Epilepsy surgery can include a wide range of surgical resection or disconnection options. Our team of epileptic specialists works closely with the neurologists at Penn State Neuroscience Institute to develop the most effective surgical option for each patient.
During surgical resection, the abnormal tissue is removed. There are multiple types of epileptic surgical resection, including:
- Lesionectomy – a lesion is a brain abnormality that shows up on imaging. Some types of lesions such as cavernous malformations (blood vessel abnormality) and tumors are prone to cause seizures. Pre-operative testing can confirm that lesions are causing epilepsy and can be removed surgically through a lesionectomy.
- Lobectomy – Each brain hemisphere (left and right) is divided into four main lobes – the frontal, temporal, parietal and occipital. Seizures can occur in any lobe, and a lobectomy removes the affected lobe of the brain. A temporal lobectomy – removal of the temporal lobes – is the most common type of epilepsy surgery. Other types of lobectomies can impact speech, memory, vision or motor function.
- Multilobar resection – involves removal of parts or all of two or more brain lobes. This surgery is reserved for more widespread abnormalities causing seizures, providing that no vital functions are in those regions.
- Hemispherectomy – the brain has both left and right hemispheres. In rare cases, children can have devastating and uncontrollable seizures. These seizures are associated with weakness on one side of the body, causing significant damage to one of the hemispheres. Surgery to remove or disconnect a hemisphere can be curative. The two main types of hemispherectomy include:
- Anatomic hemispherectomy – removes the entire half of the brain that is injured and generating the seizures. This includes all four lobes of the hemisphere: frontal, temporal, parietal and occipital.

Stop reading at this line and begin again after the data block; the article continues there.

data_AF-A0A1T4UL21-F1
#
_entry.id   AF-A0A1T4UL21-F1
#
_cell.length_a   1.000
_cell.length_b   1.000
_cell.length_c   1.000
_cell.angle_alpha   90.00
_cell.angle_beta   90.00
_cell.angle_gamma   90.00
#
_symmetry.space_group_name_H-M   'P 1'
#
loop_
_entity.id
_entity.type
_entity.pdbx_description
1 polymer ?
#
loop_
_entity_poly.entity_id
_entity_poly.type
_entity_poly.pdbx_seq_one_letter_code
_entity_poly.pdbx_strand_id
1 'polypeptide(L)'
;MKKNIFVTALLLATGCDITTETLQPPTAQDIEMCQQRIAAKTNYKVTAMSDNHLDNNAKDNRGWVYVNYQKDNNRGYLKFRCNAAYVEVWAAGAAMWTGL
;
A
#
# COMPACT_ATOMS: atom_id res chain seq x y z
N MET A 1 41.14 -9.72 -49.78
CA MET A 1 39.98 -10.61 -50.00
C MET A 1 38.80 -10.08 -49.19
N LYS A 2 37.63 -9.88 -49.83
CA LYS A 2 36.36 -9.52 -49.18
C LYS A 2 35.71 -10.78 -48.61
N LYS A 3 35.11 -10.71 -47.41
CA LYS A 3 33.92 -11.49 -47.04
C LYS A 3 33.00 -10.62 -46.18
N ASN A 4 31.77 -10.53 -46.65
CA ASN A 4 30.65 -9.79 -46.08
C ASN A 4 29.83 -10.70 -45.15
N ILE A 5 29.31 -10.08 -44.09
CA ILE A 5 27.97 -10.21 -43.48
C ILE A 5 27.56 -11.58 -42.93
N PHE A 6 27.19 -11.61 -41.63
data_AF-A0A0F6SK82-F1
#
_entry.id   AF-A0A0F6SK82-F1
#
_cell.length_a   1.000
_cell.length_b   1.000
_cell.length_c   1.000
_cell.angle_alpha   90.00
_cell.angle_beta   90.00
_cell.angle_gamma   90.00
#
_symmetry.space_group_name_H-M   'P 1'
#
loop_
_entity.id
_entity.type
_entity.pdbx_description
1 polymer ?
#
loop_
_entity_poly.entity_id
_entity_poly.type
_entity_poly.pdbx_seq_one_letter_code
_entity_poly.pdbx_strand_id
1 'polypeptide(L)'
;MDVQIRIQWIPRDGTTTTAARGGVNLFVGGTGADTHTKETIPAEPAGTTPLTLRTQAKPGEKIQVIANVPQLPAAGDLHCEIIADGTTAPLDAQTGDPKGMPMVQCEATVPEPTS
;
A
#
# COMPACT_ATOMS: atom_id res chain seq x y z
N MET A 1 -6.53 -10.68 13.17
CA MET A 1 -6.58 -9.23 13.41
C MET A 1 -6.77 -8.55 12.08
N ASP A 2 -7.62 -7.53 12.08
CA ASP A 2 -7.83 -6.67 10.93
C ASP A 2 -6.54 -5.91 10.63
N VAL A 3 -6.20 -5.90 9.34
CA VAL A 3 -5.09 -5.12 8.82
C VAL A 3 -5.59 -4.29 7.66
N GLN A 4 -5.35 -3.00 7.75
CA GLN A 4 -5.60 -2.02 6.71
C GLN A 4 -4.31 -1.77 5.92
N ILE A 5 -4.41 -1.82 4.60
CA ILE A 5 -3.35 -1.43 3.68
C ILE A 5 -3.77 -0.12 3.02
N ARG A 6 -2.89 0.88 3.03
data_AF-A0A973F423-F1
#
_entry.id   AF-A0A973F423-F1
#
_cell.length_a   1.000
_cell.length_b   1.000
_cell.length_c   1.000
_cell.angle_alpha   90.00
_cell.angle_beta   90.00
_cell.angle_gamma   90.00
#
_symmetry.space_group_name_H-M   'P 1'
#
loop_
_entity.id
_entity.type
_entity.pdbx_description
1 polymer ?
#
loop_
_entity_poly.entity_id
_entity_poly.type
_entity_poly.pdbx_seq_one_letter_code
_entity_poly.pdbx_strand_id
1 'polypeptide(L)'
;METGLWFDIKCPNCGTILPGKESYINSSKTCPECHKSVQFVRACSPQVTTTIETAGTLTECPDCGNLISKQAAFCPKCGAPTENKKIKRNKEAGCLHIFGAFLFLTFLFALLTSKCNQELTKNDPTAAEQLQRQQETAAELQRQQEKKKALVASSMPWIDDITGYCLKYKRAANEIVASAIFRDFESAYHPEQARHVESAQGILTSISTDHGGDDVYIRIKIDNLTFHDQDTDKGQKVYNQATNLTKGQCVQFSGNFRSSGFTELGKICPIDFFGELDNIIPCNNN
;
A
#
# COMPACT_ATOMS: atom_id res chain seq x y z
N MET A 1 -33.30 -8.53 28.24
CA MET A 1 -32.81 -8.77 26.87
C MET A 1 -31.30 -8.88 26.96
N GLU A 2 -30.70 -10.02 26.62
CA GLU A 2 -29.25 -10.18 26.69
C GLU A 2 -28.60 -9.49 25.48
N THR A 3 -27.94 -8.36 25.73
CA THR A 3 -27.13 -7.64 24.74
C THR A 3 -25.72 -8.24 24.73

- Functional hemispherectomy – separates the abnormal hemisphere from the normal hemisphere by disconnecting their communication fibers. Portions of the abnormal brain are often surgically removed in order to perform the disconnection.
Surgical disconnection surgeries involve cutting and dividing the fiber bundles that connect portions of the brain. The goal of surgical disconnection is to separate the area of the brain causing the seizures from the normal brain.
There are multiple types of surgical disconnection, including:
- Corpus callosotomy – the corpus callosum is one of the main fiber bundles that connect the brain’s two hemispheres. Debilitating generalized seizures or falling-type seizures can start on one side of the brain and quickly spread to the other, making the patient a candidate for this surgery. The procedure is palliative and a large part of the fiber bundle may be cut. Seizures may improve but often do not disappear.
- Functional hemispherectomy – this surgery involves separating the abnormal hemisphere from the normal one by disconnecting the communication fibers between them. Parts of the abnormal brain after often surgically removed to perform this dissection.
The Penn State Neuroscience Institute offers two additional types of epileptic surgery:
- Stereotactic radiosurgery – this surgery delivers a focused beam of radiation to a specific target area. Gamma Knife radiosurgery can be used to remove small, deep-seated lesions that are visible on an MRI.
- Vagus nerve stimulation – the vagus nerve stimulation (VNS) is an FDA-approve device for the treatment of epilepsy that isn’t controlled by medication. The VNS is an outpatient surgery that requires two separate incisions: the surgical placement of electrodes around the vagus nerve in the neck and a generator placed below the collar bone. A programmer can be used by the epileptologist from outside the skin to adjust the intensity, duration and frequency of stimulation to optimize seizure control. Vagus nerve stimulation rarely cures seizures but can decrease seizure severity and frequency. VNS is an option for candidates who aren’t eligible for other types of surgery.